Games > Storming the Heights
STORMING THE HEIGHTS
The Battle of the Alma, Crimea 1854
the time is: 1130 hours, 20 September 1854
Storming the Heights is a simulation of one of the first major battles of the Crimean War, the Battle of the Alma, fought on 20 September 1854. This game models in a highly-playable format the key elements of the battle — command control (lack of generalship), weaponry, and tactical formations — and aims to captivate players with its strikingly beautiful period map and counters designed by graphic artist, Terry Leeds.
An Anglo-French-Turkish force had landed at Calamita Bay on 14 September 1854 and then marched down the western coastline of the Crimea, their objective: the Russian naval base at Sevastopol. At the River Alma on 20 September 1854, the Allies were met by a Russian army holding a ridge line. The Allies assaulted the Russian position and through the tenacity of the troops, won the position, though failing to gain a decisive victory. The Russians fell back on Sevastopol more or less intact, leading to the protracted Allied siege of the city. However, the possibilities are fascinating, to say the least. Had either side taken more initiative, there was the opportunity for deciding the Crimean campaign in the course of a day. The Battle of the Alma is the subject of controversy to this day. The main issue was leadership, or lack of it, on both sides. Higher commanders did little to control the battle and ultimately the battle was fought and decided by lower echelon commands as well as the troops.
The battle was notable for its lack of generalship on each side, as well as the tenacity of the troops. The Anglo-French armies possessed a tactical edge insofar as they were better armed (with rifled-muskets) which they exploited via linear formations. The opposing Russian infantry tended to deploy in large columns with older muskets, but had an efficient artillery arm. Command depended on personal initiative, or lack thereof.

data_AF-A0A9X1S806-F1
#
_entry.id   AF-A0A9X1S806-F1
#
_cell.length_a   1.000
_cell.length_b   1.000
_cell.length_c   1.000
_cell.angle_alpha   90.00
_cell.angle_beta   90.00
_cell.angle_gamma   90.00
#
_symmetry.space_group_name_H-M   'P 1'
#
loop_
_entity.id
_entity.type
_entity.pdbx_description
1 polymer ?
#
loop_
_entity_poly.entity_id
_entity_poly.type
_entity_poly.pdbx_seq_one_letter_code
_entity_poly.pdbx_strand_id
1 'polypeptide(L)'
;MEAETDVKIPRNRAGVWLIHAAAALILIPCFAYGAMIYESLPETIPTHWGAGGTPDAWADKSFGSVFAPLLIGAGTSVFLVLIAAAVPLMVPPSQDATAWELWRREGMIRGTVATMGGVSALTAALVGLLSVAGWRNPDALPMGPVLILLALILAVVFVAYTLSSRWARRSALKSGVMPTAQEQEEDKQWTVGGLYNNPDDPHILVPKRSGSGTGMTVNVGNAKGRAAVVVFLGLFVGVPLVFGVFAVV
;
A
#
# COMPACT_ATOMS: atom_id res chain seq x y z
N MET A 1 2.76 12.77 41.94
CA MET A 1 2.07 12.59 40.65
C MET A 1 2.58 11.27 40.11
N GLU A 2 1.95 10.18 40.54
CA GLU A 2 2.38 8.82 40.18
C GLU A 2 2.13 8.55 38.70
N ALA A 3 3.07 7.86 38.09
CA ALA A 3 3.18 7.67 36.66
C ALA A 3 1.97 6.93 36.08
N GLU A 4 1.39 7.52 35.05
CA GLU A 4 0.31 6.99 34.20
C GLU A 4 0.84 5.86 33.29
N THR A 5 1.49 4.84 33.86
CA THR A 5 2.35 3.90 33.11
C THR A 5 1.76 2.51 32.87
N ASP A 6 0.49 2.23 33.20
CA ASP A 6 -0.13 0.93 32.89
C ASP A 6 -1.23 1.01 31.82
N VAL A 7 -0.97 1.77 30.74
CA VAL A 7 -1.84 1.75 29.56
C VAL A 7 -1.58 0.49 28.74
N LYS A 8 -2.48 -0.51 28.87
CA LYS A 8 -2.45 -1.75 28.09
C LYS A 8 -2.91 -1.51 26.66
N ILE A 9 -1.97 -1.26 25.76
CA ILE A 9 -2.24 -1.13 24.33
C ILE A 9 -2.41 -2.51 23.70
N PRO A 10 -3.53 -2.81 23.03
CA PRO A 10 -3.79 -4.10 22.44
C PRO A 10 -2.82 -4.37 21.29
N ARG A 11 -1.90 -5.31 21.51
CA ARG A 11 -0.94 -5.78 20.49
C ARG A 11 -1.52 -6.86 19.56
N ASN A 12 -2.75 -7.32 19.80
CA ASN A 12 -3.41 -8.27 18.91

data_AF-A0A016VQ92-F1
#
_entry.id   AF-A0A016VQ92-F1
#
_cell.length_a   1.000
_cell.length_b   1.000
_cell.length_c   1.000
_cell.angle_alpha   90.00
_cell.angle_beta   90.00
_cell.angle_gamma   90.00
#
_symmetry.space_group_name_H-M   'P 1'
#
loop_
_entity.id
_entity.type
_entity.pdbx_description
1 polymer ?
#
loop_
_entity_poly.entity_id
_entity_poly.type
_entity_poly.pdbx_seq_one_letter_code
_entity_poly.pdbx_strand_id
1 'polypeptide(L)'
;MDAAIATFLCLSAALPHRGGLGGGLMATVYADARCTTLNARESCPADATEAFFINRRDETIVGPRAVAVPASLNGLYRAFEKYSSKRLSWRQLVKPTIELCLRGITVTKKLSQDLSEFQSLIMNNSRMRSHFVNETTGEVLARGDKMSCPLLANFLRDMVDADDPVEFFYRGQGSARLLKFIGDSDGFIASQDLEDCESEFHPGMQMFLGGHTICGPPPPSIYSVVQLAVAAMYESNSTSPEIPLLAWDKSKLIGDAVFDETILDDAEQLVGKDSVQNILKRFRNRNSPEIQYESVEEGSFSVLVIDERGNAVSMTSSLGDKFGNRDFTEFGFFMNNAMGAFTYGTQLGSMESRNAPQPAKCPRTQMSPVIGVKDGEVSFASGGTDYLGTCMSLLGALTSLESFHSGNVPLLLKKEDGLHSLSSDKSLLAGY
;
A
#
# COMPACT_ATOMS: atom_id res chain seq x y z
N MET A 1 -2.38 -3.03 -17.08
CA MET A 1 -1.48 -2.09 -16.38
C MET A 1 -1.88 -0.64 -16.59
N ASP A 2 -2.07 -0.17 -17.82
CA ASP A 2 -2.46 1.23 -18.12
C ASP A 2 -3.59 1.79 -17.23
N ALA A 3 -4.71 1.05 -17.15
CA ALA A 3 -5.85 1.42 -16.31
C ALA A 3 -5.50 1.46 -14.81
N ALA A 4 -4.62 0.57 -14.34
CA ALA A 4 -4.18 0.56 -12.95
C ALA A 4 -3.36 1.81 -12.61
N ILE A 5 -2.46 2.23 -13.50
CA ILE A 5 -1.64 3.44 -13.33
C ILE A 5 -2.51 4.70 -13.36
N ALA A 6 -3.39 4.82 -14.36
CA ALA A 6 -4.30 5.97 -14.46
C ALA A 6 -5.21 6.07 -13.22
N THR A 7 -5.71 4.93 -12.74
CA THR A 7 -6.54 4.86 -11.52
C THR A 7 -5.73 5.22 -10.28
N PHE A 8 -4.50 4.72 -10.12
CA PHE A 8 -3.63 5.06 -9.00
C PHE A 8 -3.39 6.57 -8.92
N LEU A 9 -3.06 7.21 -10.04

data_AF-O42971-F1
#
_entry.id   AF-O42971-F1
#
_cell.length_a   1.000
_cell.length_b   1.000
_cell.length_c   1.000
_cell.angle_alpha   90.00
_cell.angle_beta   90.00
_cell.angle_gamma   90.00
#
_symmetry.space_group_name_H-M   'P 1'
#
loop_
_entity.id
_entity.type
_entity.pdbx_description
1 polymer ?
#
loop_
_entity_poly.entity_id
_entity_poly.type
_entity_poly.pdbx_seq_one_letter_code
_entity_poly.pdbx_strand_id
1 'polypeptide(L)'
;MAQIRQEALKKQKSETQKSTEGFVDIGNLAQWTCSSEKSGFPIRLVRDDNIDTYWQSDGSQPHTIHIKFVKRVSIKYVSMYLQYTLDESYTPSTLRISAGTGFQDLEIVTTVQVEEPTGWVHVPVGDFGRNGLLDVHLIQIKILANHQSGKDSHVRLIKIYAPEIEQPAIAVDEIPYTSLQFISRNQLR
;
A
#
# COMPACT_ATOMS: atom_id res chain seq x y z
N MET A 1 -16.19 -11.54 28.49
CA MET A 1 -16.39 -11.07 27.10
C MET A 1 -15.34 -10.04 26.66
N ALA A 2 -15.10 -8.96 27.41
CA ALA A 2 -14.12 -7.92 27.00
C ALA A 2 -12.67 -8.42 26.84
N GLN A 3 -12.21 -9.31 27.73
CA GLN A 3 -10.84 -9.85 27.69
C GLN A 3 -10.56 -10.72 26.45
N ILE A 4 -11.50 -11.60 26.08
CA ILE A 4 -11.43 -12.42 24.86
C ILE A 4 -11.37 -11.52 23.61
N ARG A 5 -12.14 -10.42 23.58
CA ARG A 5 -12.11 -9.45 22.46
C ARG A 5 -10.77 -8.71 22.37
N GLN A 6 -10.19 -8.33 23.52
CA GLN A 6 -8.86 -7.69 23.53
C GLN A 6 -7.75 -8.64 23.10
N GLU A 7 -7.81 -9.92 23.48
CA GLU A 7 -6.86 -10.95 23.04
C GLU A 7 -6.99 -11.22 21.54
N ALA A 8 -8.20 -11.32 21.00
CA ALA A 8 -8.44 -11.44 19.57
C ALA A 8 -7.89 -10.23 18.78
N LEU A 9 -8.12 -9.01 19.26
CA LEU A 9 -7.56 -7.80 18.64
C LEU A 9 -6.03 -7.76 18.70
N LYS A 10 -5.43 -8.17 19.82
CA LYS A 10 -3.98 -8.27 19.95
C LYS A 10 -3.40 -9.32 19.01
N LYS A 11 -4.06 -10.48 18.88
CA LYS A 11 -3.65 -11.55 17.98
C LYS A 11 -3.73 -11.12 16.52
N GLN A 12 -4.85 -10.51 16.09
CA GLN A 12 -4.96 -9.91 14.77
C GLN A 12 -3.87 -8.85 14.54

Storming the Heights places the players in the role of the commanders of the Allied and Russian armies. They must utilize some of the unique characteristics of the armies of this war, which includes:
Command Control. Most of the senior commanders did little to influence the outcome of the battle. So the command control rules are somewhat minimal to reflect the lack of generalship. Instead, players must take personal command of subordinate formations and take decisive actions.
Weaponry. Most of the Anglo-French troops were armed with rifled-muskets, which outranged and out-shut the Russian smoothbore muskets. On the other hand, the Russians did have a professional and robust artillery arm.
Tactical formations. The size of the unit counters represents the tactical formations in which the units actually fought. The Russians are in large battalion columns, the British in extended lines and the French in linear-style columns.
This combination makes for some unique play challenges for each side. It puts players in command of what would be considered today asymmetrical armies, modeled with different sized unit counters. There is a strong personal element because if you can get your leaders to the right place at the right time, you can win a decisive victory. And that can settle the Crimean War in the course of an afternoon. If you fail, then expect a protracted war to follow.
Storming the Heights features a gorgeous full-size period map of where the battle was fought, along with strikingly decorated different sized unit counters to represent the tactical formations in which the armies deployed. This combination promises to deliver one of the most engaging and visually pleasing gaming experiences ever produced covering this time period.
- One 22" x 34" full-color, period-style mapsheet
- One 1/2” full-color counter sheet
- One 5/8" full-color counter sheet
- One 3/4” extra wide full-color counter sheet
- Rules booklet with Designer's Notes
- Two Player Aid Cards
- One 6-sided and one 10-sided die
Time: 30 minutes per turn
Map: 300 meters per hex
Units: infantry battalions, cavalry regiments, and artillery batteries
Complexity: Low to Moderate
Playing Time: 3–5 Hours
Number of Players: 1–2
Designer: Joseph Miranda
Developer: John Kranz
Graphic Design: Terry Leeds
Packaging: Rodger B. MacGowan and RBM Studios
Editor: Jack Beckman
Prepress Assistance: Mark Simonitch
Producer: John Kranz
P500 Price: $35.00 (a savings of $15)